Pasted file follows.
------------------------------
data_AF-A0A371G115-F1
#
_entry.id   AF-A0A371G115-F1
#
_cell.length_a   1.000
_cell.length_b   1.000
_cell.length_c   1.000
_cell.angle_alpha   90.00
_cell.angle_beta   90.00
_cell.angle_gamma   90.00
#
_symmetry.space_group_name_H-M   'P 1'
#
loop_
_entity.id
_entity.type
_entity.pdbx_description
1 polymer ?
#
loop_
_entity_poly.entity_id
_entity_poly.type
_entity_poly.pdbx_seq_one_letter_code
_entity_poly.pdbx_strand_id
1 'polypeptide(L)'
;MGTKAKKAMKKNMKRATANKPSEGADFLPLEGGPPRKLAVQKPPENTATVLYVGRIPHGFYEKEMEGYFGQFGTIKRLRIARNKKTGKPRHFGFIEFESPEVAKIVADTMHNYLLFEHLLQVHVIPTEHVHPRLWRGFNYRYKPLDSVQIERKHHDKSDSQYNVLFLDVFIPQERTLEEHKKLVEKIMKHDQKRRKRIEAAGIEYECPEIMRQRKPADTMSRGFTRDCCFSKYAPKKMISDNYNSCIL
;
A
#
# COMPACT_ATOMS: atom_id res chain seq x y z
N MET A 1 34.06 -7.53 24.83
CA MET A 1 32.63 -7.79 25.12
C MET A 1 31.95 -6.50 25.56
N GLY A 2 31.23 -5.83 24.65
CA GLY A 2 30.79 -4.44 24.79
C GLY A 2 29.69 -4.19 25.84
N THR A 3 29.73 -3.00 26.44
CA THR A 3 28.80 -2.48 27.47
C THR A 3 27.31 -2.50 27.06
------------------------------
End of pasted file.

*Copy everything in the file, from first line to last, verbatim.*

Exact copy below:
data_AF-A0A371G115-F1
#
_entry.id   AF-A0A371G115-F1
#
_cell.length_a   1.000
_cell.length_b   1.000
_cell.length_c   1.000
_cell.angle_alpha   90.00
_cell.angle_beta   90.00
_cell.angle_gamma   90.00
#
_symmetry.space_group_name_H-M   'P 1'
#
loop_
_entity.id
_entity.type
_entity.pdbx_description
1 polymer ?
#
loop_
_entity_poly.entity_id
_entity_poly.type
_entity_poly.pdbx_seq_one_letter_code
_entity_poly.pdbx_strand_id
1 'polypeptide(L)'
;MGTKAKKAMKKNMKRATANKPSEGADFLPLEGGPPRKLAVQKPPENTATVLYVGRIPHGFYEKEMEGYFGQFGTIKRLRIARNKKTGKPRHFGFIEFESPEVAKIVADTMHNYLLFEHLLQVHVIPTEHVHPRLWRGFNYRYKPLDSVQIERKHHDKSDSQYNVLFLDVFIPQERTLEEHKKLVEKIMKHDQKRRKRIEAAGIEYECPEIMRQRKPADTMSRGFTRDCCFSKYAPKKMISDNYNSCIL
;
A
#
# COMPACT_ATOMS: atom_id res chain seq x y z
N MET A 1 34.06 -7.53 24.83
CA MET A 1 32.63 -7.79 25.12
C MET A 1 31.95 -6.50 25.56
N GLY A 2 31.23 -5.83 24.65
CA GLY A 2 30.79 -4.44 24.79
C GLY A 2 29.69 -4.19 25.84
N THR A 3 29.73 -3.00 26.44
CA THR A 3 28.80 -2.48 27.47
C THR A 3 27.31 -2.50 27.06